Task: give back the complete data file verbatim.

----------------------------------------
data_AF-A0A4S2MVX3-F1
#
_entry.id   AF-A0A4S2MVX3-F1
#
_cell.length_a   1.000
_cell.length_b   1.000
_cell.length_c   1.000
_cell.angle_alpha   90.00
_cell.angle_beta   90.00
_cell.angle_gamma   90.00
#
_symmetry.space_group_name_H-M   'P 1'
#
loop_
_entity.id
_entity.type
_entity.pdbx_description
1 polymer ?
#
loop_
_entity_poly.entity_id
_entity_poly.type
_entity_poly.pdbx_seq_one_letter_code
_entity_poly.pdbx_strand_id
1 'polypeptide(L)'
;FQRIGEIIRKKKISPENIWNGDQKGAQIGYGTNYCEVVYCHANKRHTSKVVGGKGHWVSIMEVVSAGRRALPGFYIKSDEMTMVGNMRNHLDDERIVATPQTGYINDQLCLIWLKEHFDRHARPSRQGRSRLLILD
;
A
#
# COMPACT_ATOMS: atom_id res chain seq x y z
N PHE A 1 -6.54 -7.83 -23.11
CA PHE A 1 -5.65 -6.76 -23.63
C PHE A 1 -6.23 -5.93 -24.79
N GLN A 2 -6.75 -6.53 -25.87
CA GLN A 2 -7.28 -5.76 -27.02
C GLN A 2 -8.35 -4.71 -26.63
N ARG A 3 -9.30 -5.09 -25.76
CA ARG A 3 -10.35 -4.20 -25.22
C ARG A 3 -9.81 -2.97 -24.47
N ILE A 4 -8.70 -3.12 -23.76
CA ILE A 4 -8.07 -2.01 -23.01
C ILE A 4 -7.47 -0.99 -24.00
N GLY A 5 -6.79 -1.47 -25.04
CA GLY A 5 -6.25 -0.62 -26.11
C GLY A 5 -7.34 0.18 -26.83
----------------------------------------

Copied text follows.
data_AF-A0A4S2MVX3-F1
#
_entry.id   AF-A0A4S2MVX3-F1
#
_cell.length_a   1.000
_cell.length_b   1.000
_cell.length_c   1.000
_cell.angle_alpha   90.00
_cell.angle_beta   90.00
_cell.angle_gamma   90.00
#
_symmetry.space_group_name_H-M   'P 1'
#
loop_
_entity.id
_entity.type
_entity.pdbx_description
1 polymer ?
#
loop_
_entity_poly.entity_id
_entity_poly.type
_entity_poly.pdbx_seq_one_letter_code
_entity_poly.pdbx_strand_id
1 'polypeptide(L)'
;FQRIGEIIRKKKISPENIWNGDQKGAQIGYGTNYCEVVYCHANKRHTSKVVGGKGHWVSIMEVVSAGRRALPGFYIKSDEMTMVGNMRNHLDDERIVATPQTGYINDQLCLIWLKEHFDRHARPSRQGRSRLLILD
;
A
#
# COMPACT_ATOMS: atom_id res chain seq x y z
N PHE A 1 -6.54 -7.83 -23.11
CA PHE A 1 -5.65 -6.76 -23.63
C PHE A 1 -6.23 -5.93 -24.79
N GLN A 2 -6.75 -6.53 -25.87
CA GLN A 2 -7.28 -5.76 -27.02
C GLN A 2 -8.35 -4.71 -26.63
N ARG A 3 -9.30 -5.09 -25.76
CA ARG A 3 -10.35 -4.20 -25.22
C ARG A 3 -9.81 -2.97 -24.47
N ILE A 4 -8.70 -3.12 -23.76
CA ILE A 4 -8.07 -2.01 -23.01
C ILE A 4 -7.47 -0.99 -24.00
N GLY A 5 -6.79 -1.47 -25.04
CA GLY A 5 -6.25 -0.62 -26.11
C GLY A 5 -7.34 0.18 -26.83